Tuesday, 22 November 2016

North Lanarkshire Update



Here's another email from a reader in North Lanarkshire with some kind words about A4ES and the long fight for equal pay.

The fact that lots of people have died waiting on their claims being settled is a disgrace if you ask me and the councils involved ought to be ashamed of their behaviour. 

Hi Mark & all at A4ES

Just like to thank you all for your hard work and dedication & fight with regards the Equal Pay.


If it wasn't for A4ES, many people would have never known of what our local Authority was prepared to deny what was rightfully owed to there workers. It's been a very long process that's finally came to a conclusion for many. 

But sadly some dedicated workers has since passed away and didn't get the opportunity to enjoy what was rightfully owed to them. Very Sad 

Many thanks once again for your support.




T



  


Dying for Equal Pay (17/11/16)



I wrote a post the other day which mentioned that a client in Glasgow had passed away while waiting for their equal pay claim to be settled.

Now this is a regular occurrence, not least because many council employers have been dragging their feet in an effort to wear A4ES down, perhaps in the hope that we would run out of the time or resources required to see this fight through to the end.

But they've been proved wrong, of course, time and again but if you ask me, it's still a disgrace that people have had to fight so long also hard just to enforce their rights to equal pay under the law.

Especially when the 'landmark' 1999 Single Status (Equal Pay) Agreement in Scotland was meant to achieve this no less than 17 years ago.

  


Dying for Equal Pay (19/05/16)



I've written several times on the blog site about the fact that low paid council workers in Scotland are, quite literally, dying while waiting for their equal pay claims to be settled.

The recent exercise is chasing up 'missing' A4ES clients in Glasgow has brought several more examples to light and it's depressing to see so many people being denied what they are entitled to by the foot-dragging antics of large, well-resourced Scottish councils. 

In the past, Labour politicians kicked up a hell of a fuss when Scottish miners were dying in significant numbers while waiting for health compensation claims to be settled, but the same politicians have been silent while essentially the same thing has been happening over the fight for equal pay in Scottish local government.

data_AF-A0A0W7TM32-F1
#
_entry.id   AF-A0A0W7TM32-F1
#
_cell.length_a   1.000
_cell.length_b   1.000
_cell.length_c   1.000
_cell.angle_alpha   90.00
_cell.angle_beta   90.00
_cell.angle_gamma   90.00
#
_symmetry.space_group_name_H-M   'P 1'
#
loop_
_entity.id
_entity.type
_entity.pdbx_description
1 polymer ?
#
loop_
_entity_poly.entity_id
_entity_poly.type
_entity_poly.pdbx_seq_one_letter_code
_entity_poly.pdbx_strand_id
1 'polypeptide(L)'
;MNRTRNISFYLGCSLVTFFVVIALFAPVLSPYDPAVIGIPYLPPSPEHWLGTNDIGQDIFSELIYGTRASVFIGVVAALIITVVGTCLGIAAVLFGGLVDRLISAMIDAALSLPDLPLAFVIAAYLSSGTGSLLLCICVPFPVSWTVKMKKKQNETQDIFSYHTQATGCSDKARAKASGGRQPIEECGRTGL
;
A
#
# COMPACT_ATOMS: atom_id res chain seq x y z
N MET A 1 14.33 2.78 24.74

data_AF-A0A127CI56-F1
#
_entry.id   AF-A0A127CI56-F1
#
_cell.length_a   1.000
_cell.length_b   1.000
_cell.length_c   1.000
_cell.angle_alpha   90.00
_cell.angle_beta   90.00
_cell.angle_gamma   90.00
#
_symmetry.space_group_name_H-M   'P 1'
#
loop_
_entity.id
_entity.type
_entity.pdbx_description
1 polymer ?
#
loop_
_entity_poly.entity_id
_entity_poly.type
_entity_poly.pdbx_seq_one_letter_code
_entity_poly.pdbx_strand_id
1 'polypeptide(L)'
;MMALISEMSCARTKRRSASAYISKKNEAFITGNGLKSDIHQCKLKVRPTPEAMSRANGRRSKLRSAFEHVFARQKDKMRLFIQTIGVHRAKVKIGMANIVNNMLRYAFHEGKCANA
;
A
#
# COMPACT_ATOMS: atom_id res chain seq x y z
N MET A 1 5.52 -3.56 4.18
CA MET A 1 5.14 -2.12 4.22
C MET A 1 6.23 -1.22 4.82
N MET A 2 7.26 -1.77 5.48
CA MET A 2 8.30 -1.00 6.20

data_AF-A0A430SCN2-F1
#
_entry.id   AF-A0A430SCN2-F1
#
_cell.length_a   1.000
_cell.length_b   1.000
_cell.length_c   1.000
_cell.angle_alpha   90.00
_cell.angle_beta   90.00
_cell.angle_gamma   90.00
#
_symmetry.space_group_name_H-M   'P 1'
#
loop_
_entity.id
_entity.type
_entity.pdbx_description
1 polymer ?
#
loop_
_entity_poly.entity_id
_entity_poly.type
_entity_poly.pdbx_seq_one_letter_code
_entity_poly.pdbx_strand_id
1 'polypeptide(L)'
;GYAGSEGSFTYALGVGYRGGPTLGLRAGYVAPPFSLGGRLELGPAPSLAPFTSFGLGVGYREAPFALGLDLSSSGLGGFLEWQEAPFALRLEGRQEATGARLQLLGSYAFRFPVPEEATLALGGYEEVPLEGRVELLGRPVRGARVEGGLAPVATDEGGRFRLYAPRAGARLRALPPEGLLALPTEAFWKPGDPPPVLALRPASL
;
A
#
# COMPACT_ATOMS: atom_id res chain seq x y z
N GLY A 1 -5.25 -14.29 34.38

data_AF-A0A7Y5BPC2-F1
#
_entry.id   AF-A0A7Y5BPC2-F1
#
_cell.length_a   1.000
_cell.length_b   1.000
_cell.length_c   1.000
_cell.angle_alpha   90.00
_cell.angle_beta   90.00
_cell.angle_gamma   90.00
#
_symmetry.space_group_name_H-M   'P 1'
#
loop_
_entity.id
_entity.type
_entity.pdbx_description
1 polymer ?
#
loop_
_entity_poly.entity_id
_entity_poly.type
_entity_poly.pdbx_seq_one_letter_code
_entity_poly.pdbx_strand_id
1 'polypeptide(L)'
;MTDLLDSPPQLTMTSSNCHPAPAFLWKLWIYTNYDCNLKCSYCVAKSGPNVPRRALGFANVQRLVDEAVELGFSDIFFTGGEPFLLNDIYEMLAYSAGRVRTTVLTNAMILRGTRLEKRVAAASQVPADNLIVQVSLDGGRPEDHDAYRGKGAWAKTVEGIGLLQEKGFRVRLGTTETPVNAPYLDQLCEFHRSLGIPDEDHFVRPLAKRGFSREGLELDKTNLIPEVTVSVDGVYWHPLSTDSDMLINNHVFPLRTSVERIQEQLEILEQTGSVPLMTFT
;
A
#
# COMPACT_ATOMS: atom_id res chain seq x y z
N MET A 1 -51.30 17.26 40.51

So let's see how the new breed of SNP MSPs and MPs perform because Scotland's First Minister, Nicola Sturgeon, has pledged that her new government will hole dates foot-dragging councils to account.



Dying for Equal Pay (01/08/14)



I had to laugh at this ridiculous article by Kevin Maguire in The Mirror in which he argues for justice for victims of Mesothelioma and blames the present Coalition Government for short changing the workers.

Because the same thing is true about equal pay of course, yet we haven't heard anything from Kevin Maguire or his many contacts within the Labour Party over the years despite the fact that many claimants have died while wiring for their equal pay claims to be settled.

Never mind the behaviour of the council employers (many Labour controlled) and Labour supporting trade unions who did nothing for years about the scandalous pay differences between traditional male and female jobs.

Now I am open to correction here, but I don't seem to recall Kevin Maguire using his platform at The Mirror to write an outraged about Birmingham City Council paying refuse workers £45,000 a year while Home Care Workers were getting paid only £15,000 - for doing a much more responsible job. 

David Cameron has insured one final insult for workers dying because of their jobs


BY KEVIN MAGUIRE - The Mirror

Mirror columnist Kevin Maguire says the latest scandalous stitch-up between the Government and big business is utterly contemptible

Fat-cat-cartoon

Even workers gasping for final breaths are targets to be short-changed by Tory toff David Cameron.

Mesothelioma is unlikely to claim lives of privileged Old Etonians who enjoy a magic carpet ride through life.